In a Lather

Golden-tonsiled, silver-bearded Kenny (Love or Something Like It) Rogers is plagued by a case of tonsorial trauma. “I’ve had my beard for 13 years,” relates Kenny, “and right before Marianne and I got married last year I thought about shaving it off, just to see if I still had a chin. I lathered my whole face and stood in front of the mirror.” And? “I just couldn’t do it—I didn’t have the strength. There’s an old saying I kept thinking of: ‘Man, like a tree, measures best when cut down.’ I guess I didn’t want to find out.”


Covergirl-actress Lauren Hut-ton’s recent telemovie Someone Is Watching Me was originally called High Rise, until someone discovered that High Rise had already been made—as a porno movie. The title was switched before air time, but not, Hutton reports, before she “came back from Hollywood and told people in New York that I’d made High Rise—and got a lot of funny looks.”

Putting On the Dog

Still faithful to his old White House friend Liberty (First Canine during the Ford administration), crooner Tony Orlando gave the golden retriever an imaginative Christmas present: custom-designed apparel from a dog toggery called King Mutt in New York. A cotton khaki jacket decorated with Old Glory and the presidential seal is just right for casual entertaining at Liberty’s Palm Springs home, while a more distinguished Harris Tweed is perfect for après-ski at the Fords’ Vail winter retreat. Ex-President Ford, speaking on behalf of Liberty, said the family “was delighted with them—we thought they were wonderful.”


Rocker Rod Stewart, who last carried on with Britt Ekland, and Alana Hamilton, who used to be married to George Hamilton, are now a cooing twosome, and here’s what they’re doing and what they’re not. He’s not supposed to be drinking (“My liver is swollen”), but he is (“I sneaked down three Bacardis last night”). He is on tour, but she is not. They might get married (“We are going to talk about it,” he says), but not live together first (“I wouldn’t want my 4-year-old son to be brought up in that kind of household,” she says). Should she nevertheless become preggers, she has no prerequisites. He does, however: “If we have a boy he must be born in Scotland so he can play football for Scotland later.”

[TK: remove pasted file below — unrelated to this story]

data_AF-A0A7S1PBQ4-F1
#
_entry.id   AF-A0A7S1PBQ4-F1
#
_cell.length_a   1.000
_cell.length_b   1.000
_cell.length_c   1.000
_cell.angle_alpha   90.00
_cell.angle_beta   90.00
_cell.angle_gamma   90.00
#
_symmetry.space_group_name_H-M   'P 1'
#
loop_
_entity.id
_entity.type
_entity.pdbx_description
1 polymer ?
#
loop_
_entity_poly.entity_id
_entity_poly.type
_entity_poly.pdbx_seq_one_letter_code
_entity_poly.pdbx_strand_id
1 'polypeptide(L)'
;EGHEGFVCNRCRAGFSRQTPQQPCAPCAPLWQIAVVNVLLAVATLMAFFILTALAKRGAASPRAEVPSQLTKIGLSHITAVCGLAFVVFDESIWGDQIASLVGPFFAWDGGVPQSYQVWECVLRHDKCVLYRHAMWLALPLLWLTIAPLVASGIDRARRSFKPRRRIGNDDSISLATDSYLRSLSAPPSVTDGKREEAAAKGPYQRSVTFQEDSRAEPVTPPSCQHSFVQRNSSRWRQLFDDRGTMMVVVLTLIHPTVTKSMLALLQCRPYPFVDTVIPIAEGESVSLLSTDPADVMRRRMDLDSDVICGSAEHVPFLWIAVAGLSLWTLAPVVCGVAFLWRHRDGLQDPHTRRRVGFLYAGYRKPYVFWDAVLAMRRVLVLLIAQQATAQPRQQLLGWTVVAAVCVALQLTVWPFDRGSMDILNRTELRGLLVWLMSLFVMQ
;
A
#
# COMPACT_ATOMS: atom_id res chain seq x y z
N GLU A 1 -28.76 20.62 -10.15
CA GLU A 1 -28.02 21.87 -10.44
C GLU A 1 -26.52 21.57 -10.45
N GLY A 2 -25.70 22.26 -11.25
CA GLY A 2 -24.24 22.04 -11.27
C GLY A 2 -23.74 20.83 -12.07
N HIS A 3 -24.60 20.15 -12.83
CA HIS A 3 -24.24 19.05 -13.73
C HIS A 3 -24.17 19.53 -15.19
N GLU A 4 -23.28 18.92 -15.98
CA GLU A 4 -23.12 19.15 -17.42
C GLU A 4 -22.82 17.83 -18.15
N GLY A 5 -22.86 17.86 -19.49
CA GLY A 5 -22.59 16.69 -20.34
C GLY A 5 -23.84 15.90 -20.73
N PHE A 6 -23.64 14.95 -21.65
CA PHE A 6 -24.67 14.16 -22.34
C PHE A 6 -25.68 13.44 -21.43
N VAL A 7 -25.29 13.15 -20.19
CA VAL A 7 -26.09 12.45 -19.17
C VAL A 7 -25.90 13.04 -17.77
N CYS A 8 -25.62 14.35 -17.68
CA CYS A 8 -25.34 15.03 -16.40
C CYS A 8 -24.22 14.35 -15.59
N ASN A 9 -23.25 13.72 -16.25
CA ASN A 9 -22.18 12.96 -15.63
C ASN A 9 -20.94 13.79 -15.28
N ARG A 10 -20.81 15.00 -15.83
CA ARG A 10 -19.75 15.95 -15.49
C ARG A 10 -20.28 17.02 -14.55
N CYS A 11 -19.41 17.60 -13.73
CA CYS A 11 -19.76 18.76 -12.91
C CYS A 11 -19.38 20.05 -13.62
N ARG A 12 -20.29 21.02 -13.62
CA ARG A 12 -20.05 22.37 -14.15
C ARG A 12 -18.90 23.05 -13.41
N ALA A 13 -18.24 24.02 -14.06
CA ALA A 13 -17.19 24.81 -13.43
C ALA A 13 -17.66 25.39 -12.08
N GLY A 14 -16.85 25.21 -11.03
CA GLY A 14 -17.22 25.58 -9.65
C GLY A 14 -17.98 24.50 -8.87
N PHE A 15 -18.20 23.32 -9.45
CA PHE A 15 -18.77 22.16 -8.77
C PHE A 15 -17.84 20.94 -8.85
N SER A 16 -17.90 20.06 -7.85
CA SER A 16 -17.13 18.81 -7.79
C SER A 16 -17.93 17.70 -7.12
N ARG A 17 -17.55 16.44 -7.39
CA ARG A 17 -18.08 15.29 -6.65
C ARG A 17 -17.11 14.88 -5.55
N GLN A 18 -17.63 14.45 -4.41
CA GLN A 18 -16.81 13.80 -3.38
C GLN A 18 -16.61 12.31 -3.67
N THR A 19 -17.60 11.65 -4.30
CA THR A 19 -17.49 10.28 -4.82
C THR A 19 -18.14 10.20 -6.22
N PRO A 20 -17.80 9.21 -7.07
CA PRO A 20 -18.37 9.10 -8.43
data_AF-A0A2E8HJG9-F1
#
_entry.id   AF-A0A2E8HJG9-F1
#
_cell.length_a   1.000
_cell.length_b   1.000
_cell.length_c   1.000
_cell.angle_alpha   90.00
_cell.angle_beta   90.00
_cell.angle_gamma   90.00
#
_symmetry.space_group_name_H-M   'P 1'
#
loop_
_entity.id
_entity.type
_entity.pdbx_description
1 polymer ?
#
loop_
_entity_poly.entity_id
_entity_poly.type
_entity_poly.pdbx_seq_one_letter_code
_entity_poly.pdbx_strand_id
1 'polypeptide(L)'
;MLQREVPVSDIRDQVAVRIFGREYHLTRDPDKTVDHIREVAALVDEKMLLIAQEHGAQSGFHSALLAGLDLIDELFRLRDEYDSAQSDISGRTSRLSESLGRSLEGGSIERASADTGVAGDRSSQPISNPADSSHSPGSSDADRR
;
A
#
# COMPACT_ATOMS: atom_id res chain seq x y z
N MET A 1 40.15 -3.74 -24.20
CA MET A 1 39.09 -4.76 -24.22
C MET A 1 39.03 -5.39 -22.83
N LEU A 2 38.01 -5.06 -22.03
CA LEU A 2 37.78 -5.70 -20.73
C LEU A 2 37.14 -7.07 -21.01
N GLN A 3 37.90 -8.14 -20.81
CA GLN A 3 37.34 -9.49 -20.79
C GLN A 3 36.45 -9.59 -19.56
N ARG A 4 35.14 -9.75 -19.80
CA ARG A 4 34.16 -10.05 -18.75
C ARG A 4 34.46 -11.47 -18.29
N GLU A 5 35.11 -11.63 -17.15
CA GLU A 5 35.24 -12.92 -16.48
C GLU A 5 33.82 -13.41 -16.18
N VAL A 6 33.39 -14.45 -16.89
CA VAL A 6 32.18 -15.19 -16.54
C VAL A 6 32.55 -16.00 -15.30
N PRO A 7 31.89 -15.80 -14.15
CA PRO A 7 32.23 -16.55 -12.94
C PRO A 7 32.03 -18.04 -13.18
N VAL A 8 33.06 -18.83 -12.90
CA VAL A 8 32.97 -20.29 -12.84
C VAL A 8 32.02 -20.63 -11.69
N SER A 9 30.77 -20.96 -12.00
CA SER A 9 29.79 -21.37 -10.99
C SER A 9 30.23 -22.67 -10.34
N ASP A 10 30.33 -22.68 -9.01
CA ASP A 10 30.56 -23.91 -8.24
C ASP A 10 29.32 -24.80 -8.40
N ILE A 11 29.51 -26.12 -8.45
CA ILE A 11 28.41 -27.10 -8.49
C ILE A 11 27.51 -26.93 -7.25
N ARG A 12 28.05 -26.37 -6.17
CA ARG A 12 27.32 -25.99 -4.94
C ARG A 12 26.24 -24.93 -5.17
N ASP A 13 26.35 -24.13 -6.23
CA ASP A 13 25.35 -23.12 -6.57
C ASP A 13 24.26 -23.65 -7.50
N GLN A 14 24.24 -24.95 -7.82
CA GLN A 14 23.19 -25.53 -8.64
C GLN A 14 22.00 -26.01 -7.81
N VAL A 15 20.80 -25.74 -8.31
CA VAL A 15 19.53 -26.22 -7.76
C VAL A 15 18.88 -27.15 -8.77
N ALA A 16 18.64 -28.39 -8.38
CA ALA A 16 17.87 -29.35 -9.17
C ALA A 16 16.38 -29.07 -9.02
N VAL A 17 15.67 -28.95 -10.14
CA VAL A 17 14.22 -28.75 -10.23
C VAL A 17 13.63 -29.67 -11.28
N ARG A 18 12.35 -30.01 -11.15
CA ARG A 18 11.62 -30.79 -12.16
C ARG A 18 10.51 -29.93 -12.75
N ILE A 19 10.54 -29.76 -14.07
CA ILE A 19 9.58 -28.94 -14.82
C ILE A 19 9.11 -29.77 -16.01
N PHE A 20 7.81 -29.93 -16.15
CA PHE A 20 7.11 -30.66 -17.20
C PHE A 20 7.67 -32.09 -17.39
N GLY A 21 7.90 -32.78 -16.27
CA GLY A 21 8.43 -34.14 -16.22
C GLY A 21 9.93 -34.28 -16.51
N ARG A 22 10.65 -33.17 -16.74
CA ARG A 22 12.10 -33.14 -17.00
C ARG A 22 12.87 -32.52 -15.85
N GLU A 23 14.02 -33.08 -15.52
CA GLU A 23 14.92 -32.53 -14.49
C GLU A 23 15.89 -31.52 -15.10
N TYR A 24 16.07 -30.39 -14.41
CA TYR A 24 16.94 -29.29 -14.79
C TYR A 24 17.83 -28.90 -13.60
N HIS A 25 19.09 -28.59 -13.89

“People believe in him,” Erich Segal once wrote of Howard Cosell, and Howie himself is always telling it “like it is.” So nobody blinked when he wrote in his 1973 biography, Cosell: “I was born on March 25, 1920.” That his birthplace was Winston-Salem, N.C., he writes, “is a piece of biographical data I now find curious; no one thinks of me as a Southerner.” Actually, no one thinks of him as 58, either, back in Winston-Salem, where the city records clearly show he hit the big six-oh last spring.


•There have been other variations of the joke, most not suitable for Washington parlors. But the latest crack making the rounds in the capital, especially among Republicans and others worried about big, bumbling government, goes like this: “What are the three most common lies told in the English language?”

“I just put your check in the mail.”

“Yes, darling, I’ll still respect you in the morning.”

“I’m from the federal government and I’m here to help you.”

•Now that she and TV producer Jack Haley Jr. are divorcing, will Liza (The Act) Minnelli marry again? Not likely. “For someone in my position, that piece of paper is a terrible thing,” sighs Liza, 32. “I never in my life again want to put someone in the position of being called ‘Mr. Minnelli’—except my father.”

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